Sick Time: Benefit or Right?
Sick time is a benefit that, in some instances, is perceived as a right. It’s provided so that your employees can get paid while they are taking care of themselves, should the situation arise that they are sick. And generally speaking, employers want their employees to keep their germs at home. However, the abuse of this benefit, and the perception of this benefit as a right, can be challenging for employers.
At the very basic level, it is essential to proactively manage your employees with respect to unscheduled absenteeism. It is imperative that you set guidelines for your employees to follow, follow your policy, train on your policy, communicate frequently, and most importantly, don’t ignore potential problems.
Some organizations have adopted PTO policies which lump together sick and vacation to minimize unscheduled absenteeism. If you are going to implement a PTO policy, you must have a very clear “unscheduled” call out policy. For example, require that employees must actually talk to a manager, rather than emailing, texting, or notifying a co-worker. Verbal communication with a manager may work as a disincentive to employees who may be abusing unscheduled time off. In addition, that manager should feel free to ask the employee to call back later in the day to let him or her know how they are feeling and to gauge whether or not the employee will work the following day.
Think about implementing a quarterly bonus program for perfect attendance. Publicly recognize and reward departments where there are no unscheduled absences. If unscheduled absences are significantly problematic in your workplace, consider a competition that is visible and talked about where departments try to obtain perfect attendance over a set period of time.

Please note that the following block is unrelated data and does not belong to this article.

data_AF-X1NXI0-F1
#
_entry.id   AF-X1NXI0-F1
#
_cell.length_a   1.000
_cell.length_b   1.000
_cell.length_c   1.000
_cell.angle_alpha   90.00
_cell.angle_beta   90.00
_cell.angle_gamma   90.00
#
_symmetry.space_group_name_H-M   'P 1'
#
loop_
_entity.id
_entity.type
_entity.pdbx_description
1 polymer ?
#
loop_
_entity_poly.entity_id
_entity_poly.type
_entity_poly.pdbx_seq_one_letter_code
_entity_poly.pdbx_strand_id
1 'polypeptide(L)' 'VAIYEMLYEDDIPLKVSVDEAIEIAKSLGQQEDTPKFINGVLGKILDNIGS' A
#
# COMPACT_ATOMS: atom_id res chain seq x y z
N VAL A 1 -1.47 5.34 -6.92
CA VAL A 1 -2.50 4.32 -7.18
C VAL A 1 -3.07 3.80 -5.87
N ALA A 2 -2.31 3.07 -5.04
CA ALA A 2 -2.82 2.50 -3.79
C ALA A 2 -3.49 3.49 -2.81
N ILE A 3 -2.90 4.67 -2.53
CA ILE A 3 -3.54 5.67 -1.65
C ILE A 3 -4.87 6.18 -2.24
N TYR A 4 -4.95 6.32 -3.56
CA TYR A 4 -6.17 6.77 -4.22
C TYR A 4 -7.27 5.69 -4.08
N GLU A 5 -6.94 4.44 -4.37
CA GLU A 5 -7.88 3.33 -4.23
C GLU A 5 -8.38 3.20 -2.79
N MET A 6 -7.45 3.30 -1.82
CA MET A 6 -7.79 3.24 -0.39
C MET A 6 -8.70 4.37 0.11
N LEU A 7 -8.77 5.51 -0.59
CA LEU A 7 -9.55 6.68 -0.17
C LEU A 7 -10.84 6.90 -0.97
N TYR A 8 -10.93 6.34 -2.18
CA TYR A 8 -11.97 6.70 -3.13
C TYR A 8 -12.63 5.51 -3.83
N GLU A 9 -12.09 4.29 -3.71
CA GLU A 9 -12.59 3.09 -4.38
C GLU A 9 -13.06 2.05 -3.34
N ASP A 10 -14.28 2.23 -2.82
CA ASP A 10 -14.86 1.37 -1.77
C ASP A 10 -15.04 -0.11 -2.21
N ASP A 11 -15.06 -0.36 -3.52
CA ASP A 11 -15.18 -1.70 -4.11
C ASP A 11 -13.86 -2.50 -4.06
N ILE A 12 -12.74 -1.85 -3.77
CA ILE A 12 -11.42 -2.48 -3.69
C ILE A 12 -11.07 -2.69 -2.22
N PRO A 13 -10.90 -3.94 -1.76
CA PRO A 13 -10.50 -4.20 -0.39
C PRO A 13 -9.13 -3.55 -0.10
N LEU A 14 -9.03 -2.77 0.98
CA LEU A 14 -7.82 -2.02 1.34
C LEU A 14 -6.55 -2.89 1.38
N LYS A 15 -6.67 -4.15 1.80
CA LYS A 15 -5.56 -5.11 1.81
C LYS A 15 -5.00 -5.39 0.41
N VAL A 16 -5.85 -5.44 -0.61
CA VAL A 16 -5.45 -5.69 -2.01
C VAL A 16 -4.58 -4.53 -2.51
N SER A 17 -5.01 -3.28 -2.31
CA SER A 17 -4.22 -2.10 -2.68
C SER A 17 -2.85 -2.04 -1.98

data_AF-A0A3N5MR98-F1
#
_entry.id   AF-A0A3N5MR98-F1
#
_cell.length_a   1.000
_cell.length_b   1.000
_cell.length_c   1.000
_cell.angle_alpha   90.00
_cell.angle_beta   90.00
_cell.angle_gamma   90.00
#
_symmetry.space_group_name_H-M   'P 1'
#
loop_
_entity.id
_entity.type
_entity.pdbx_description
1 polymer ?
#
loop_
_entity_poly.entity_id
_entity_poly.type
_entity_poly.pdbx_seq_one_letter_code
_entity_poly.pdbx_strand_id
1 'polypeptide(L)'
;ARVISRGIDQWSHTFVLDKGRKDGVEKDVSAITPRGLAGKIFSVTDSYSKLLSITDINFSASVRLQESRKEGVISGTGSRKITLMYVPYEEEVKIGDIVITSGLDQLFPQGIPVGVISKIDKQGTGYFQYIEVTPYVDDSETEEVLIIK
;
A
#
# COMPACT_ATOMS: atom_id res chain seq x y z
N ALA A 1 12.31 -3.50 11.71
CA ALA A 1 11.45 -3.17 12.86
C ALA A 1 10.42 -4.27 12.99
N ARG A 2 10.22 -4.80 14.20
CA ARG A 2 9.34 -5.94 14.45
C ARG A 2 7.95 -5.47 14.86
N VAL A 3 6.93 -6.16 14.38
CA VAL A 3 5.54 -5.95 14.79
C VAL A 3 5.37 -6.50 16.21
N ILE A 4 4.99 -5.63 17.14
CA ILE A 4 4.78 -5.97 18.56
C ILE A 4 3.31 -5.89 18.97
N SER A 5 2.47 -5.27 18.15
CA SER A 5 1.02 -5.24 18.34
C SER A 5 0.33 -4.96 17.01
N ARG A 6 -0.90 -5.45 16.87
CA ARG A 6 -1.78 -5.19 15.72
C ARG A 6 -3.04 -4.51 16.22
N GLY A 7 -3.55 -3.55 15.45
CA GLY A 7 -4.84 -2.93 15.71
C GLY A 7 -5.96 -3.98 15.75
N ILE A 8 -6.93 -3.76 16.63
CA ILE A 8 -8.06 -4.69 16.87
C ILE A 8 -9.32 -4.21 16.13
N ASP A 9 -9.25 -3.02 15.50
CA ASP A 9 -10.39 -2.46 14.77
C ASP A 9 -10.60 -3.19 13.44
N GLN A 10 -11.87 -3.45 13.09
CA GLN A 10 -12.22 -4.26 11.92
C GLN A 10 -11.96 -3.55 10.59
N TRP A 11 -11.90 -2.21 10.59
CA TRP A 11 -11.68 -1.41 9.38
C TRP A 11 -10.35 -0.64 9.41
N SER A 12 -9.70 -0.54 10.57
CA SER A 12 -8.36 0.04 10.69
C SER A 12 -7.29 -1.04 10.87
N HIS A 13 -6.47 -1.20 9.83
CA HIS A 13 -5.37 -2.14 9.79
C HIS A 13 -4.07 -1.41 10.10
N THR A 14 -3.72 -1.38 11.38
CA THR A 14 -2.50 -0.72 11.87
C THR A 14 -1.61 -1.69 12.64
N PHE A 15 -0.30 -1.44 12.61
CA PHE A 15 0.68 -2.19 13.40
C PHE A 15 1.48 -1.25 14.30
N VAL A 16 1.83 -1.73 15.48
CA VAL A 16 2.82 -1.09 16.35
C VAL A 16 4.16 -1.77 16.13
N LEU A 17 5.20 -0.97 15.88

When Positivity Isn’t Enough
Unfortunately, all of the proactive management and positive reinforcement sometimes doesn’t fix the problem. In cases where business productivity is significantly impacted by unscheduled absenteeism, organizations may need more creative solutions.
One solution could be to calculate the actual costs of unscheduled absenteeism. Is your business incurring significant overtime costs to meet production/customer needs? Are customer needs just not being met? Are you losing revenue? Has turnover become an issue because of increased overtime and frustration of the staff? It may make sense to eliminate sick time completely and give a little more vacation time. This creates a situation where, if you are sick, you don’t get paid. Getting paid is a big incentive to come to work. Another suggestion may be to move to PTO and implement very stringent management of unscheduled absenteeism.
You Are Not Alone
Overall, a lot of companies struggle with unscheduled absenteeism and abuse of sick time. It is important to set guidelines and policies and manage to those policies. Typically, there may be a few select employees who will challenge this benefit and create significant management stress. These people can be managed specifically, rather than making everyone suffer the consequences. In situations where the problem is more systemic and pervasive, consider changing policy to create a disincentive to calling out sick.
[author] [author_image timthumb=’on’]https://meainfo.org/app/uploads/2014/10/holly-depalma.jpg[/author_image] [author_info]Holly DePalma
Director of HR Serviceshdepalma@meainfo.org[/author_info] [/author]